In the late 1800s, Miss Pilgrim, a young stenographer, or typewriter, becomes the first female employee at a Boston shipping office. Although the men object to her at first, she soon charms...
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In the late 1800s, Miss Pilgrim, a young stenographer, or typewriter, becomes the first female employee at a Boston shipping office. Although the men object to her at first, she soon charms them all, especially the handsome young head of the company. Their romance gets sidetracked when she becomes involved in the Women's Suffrage movement. Written by
Daniel Bubbeo <firstname.lastname@example.org>
It's funny that this film was a disappointment for Betty Grable and the studio, as I actually think it's better than most of her films. While I am not saying it's a great film, it is enjoyable and fits Grable very nicely. According to IMDb they attributed this to Grable not showing off her famous legs or because she wasn't peroxide blonde in the film. And, if you think about it, the film is supposed to be about equality and anti-sexism--and that's exactly how the studio execs behaved in blaming the film's lack of success on Grable's lessened sex appeal in this cute picture!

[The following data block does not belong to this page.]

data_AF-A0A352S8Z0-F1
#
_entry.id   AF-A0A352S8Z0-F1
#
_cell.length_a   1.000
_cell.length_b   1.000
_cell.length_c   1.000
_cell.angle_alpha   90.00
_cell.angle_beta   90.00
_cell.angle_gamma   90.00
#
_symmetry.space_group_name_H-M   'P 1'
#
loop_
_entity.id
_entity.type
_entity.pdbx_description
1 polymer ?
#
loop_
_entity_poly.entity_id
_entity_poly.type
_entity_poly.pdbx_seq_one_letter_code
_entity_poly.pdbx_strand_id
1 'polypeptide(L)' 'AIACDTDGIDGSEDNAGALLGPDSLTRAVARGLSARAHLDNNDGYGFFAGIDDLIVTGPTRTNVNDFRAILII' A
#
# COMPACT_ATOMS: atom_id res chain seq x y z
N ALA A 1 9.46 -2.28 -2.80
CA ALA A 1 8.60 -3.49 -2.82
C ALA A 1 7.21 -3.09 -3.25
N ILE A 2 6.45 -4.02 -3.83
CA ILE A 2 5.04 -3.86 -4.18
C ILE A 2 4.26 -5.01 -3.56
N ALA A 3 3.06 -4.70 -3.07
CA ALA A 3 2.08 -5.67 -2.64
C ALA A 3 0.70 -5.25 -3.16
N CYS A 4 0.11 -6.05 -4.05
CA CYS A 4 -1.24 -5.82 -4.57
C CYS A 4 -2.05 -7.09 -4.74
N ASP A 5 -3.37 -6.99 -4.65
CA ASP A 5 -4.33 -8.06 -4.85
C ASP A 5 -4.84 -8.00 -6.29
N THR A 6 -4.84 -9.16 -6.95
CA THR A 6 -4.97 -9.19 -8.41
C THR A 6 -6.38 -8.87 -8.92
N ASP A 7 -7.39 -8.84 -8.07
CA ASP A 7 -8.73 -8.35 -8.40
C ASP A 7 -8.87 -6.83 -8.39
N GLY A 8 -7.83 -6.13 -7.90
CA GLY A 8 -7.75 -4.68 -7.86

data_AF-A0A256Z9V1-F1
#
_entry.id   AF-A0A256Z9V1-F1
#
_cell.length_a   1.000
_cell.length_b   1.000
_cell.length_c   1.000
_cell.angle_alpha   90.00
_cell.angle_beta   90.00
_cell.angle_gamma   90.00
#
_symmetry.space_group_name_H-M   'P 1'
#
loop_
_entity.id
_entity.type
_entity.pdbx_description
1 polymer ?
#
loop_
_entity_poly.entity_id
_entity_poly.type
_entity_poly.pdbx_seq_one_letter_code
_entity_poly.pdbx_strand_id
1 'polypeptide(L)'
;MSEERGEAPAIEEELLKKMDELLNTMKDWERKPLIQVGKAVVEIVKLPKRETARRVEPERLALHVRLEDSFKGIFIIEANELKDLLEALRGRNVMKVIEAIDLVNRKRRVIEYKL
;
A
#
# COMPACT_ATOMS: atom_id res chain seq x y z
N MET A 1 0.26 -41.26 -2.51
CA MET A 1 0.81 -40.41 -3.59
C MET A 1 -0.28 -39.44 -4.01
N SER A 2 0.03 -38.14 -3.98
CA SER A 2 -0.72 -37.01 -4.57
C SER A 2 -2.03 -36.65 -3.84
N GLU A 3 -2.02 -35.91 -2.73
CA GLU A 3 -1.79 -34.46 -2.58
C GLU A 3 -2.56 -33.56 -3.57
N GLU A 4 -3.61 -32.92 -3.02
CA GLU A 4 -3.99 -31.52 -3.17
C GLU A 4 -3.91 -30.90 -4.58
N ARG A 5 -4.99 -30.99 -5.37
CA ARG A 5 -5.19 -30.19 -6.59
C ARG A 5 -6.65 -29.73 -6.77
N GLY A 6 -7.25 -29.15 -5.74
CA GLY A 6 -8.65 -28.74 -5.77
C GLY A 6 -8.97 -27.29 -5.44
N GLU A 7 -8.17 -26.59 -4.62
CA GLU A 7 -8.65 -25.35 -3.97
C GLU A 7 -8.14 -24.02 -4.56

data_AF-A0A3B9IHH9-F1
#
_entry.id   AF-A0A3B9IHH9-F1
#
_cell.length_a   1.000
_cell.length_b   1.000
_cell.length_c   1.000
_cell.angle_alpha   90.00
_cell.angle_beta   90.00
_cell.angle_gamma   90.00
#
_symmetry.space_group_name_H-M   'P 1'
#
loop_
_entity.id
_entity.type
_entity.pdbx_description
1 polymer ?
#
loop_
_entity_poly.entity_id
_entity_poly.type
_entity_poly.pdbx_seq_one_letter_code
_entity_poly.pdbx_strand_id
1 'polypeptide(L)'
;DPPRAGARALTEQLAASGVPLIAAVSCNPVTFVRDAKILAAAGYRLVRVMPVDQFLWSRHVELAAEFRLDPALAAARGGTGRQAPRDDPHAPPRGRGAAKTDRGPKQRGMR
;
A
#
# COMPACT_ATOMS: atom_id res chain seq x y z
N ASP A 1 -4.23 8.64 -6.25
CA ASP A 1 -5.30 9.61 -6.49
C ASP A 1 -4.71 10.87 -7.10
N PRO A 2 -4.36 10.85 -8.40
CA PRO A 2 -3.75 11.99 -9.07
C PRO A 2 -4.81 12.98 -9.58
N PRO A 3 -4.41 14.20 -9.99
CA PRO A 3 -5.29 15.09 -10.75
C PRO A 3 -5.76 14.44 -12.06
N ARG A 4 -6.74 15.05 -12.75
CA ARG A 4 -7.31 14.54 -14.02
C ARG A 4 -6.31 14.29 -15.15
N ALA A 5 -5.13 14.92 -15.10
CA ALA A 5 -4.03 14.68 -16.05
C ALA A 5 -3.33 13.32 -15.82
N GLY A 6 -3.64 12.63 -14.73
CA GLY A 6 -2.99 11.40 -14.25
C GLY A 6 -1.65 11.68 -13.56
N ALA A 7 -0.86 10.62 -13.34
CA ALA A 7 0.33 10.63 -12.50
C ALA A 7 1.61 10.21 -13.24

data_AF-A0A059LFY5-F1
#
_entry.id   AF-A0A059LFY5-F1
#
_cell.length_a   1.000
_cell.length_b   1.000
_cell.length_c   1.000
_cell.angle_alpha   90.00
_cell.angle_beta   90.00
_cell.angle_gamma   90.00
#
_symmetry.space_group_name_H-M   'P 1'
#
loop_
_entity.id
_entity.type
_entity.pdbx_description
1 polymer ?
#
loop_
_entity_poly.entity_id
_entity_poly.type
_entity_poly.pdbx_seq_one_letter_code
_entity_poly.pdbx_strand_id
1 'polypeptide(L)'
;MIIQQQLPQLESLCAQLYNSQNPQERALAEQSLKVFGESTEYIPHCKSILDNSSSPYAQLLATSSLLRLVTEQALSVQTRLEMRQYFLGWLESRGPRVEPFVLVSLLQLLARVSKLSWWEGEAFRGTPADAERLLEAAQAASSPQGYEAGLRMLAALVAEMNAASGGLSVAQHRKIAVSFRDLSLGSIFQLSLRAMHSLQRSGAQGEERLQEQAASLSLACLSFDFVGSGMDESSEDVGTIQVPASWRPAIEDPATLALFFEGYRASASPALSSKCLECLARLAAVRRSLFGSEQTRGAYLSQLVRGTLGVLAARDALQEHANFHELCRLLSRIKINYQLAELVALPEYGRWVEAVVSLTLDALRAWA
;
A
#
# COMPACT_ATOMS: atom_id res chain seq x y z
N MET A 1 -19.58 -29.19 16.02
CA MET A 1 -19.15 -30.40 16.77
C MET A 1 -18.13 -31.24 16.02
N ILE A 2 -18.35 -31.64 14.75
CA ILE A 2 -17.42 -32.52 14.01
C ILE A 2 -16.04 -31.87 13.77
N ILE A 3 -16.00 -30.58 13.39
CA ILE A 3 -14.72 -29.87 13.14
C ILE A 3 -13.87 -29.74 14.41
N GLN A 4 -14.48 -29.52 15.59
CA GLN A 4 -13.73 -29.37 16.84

When the film begin, it's the 1870s and women simply did not work outside the home. So, when Miss Pilgrim (Grable) completes secretarial school and goes looking for a job in Boston, it's quite shocking and she naturally runs into sexism. So, she makes it a crusade of sorts to gain acceptance....and by doing so she becomes an important spokesperson for the women's suffrage movement! She also finds many friends in one of the strangest boarding houses you'll ever see in a movie!
The film is naturally filled with songs but not as many as in Grable's other films and a few of them are rather funny. Overall, it's a lighthearted and fun film about an important subject. Well worth seeing.
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